Perceptions of the contribution of the workplace to the risk of type II diabetes in Kiribati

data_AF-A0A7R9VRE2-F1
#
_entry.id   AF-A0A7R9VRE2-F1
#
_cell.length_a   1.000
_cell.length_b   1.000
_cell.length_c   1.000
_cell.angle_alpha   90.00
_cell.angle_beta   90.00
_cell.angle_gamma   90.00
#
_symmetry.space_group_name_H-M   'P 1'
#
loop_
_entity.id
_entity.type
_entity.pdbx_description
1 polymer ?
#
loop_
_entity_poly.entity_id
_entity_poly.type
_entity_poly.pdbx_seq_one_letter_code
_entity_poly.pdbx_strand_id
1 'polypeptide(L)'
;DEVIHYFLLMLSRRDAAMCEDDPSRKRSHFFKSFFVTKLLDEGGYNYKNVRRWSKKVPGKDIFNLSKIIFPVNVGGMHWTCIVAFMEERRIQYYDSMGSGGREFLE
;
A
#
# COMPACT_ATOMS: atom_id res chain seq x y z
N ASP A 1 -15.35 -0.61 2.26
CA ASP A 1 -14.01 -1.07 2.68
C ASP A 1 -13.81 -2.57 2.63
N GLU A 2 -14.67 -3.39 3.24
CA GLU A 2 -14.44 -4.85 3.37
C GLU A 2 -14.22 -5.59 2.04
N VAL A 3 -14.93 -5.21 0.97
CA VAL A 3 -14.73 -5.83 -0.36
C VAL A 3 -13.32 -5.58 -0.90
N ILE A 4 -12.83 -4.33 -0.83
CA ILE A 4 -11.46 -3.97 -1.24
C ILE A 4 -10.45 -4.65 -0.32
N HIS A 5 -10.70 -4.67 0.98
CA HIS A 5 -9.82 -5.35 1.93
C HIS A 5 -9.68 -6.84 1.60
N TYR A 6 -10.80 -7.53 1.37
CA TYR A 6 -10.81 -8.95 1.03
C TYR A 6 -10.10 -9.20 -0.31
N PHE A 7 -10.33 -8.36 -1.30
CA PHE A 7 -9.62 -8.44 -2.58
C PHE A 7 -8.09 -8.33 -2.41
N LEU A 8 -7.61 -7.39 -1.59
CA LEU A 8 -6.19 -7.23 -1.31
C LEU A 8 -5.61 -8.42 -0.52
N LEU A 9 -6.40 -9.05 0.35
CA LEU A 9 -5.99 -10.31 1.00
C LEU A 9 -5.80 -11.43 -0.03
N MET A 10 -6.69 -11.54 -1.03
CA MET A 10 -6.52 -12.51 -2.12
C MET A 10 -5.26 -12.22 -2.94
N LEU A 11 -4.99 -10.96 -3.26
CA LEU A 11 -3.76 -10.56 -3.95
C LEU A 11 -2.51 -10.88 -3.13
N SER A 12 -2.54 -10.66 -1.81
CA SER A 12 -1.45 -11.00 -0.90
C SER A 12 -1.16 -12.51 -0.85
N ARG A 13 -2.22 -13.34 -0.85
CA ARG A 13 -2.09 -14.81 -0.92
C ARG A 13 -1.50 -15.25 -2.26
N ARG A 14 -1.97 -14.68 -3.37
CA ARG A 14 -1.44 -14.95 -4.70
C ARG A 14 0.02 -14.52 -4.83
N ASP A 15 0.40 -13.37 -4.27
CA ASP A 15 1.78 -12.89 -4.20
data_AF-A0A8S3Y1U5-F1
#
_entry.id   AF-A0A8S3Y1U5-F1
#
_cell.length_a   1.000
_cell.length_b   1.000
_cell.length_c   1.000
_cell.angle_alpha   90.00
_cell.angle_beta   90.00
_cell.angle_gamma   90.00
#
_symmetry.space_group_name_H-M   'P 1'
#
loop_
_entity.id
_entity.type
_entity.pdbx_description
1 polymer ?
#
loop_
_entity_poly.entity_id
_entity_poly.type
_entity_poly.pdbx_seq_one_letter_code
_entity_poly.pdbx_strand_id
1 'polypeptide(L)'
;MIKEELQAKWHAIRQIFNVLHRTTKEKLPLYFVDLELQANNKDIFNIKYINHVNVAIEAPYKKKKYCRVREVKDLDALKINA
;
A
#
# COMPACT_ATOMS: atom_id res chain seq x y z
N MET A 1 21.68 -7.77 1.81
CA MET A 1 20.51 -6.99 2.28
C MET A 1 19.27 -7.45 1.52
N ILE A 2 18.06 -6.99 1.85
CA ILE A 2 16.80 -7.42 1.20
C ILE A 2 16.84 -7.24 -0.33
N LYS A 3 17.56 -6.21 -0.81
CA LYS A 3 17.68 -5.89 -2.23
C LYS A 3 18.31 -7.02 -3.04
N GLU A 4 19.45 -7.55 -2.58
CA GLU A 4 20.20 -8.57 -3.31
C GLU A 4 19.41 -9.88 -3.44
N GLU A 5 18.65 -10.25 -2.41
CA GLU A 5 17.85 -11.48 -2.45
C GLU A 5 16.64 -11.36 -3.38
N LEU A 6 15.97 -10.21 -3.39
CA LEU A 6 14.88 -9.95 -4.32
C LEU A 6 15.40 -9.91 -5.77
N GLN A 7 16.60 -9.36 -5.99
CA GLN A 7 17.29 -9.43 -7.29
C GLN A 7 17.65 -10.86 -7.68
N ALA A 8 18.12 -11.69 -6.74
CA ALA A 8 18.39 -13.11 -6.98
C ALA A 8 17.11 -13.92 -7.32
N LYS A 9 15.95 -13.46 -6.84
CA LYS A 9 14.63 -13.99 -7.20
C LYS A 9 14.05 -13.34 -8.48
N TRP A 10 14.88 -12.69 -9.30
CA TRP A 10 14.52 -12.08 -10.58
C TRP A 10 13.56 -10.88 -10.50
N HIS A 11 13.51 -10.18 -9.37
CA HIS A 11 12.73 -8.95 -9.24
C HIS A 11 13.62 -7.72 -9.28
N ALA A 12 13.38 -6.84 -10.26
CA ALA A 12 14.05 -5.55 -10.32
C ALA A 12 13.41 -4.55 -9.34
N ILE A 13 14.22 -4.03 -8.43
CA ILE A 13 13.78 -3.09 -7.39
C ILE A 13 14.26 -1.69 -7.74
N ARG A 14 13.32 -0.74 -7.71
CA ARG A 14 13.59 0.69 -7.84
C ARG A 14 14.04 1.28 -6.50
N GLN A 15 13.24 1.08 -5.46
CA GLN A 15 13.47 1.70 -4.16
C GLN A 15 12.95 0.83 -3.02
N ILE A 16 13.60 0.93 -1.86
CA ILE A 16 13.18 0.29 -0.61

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Type II diabetes is one of the major public health issues among low income countries affecting the adult population. In Kiribati there are an increasing number of diabetic cases; most of these cases have undergone surgery, predominantly amputations, reducing people’s quality of life. Workers in urban areas may be at risk of developing type II diabetes due to their busy careers, which makes them highly dependent on processed foods. Their rates of physical exercise may also be low. This research was carried out to explore the perceptions of full time workers who had been diagnosed with type II diabetes regarding workplace conditions that were contributing toward their risks in developing this disease. The research mainly concerned their lifestyles and experiences within the workplace prior to their diagnosis. The study employed a qualitative research methodology and used semi-structured interviews and transect walk methods to conduct the study. Semi-structured interviews involved face to face interviews with participants and two transect walks were conducted; one was conducted outside workplaces within the area and the other transect walk took place within one of the participating workplaces. Results show that these full time workers are vulnerable in developing type II diabetes. This is due to limited access to fresh local foods and the increased availability of processed foods within the area. Limited access to local foods are related to problems like limited space to grow fresh foods due to urbanisation, finding no time to do gardening and damaging storms which continuously ruined crops due to climate change. There are also no fitness centres within the area, as well as no safe pathways to promote physical exercise. It was also found that knowledge of diabetes among these workers was poor. The study also showed that there were no health promotion activities within workplaces to promote the general health and welfare of these workers. In conclusion, this study suggests that a multi-sectoral approach be used to take workable measures to improve the health of these workers. This includes full time vii workers, as well as all those experts on related problems which are contributing to the risks of type II diabetes. However there is also a need to inform and involve international agencies about climate change impact on local food production as well as corporate companies about the need to export healthy packaged or processed foods. These, hopefully, will provide more opportunities for healthier lifestyles for those full time workers in Kiribati within an urban area in Bairiki.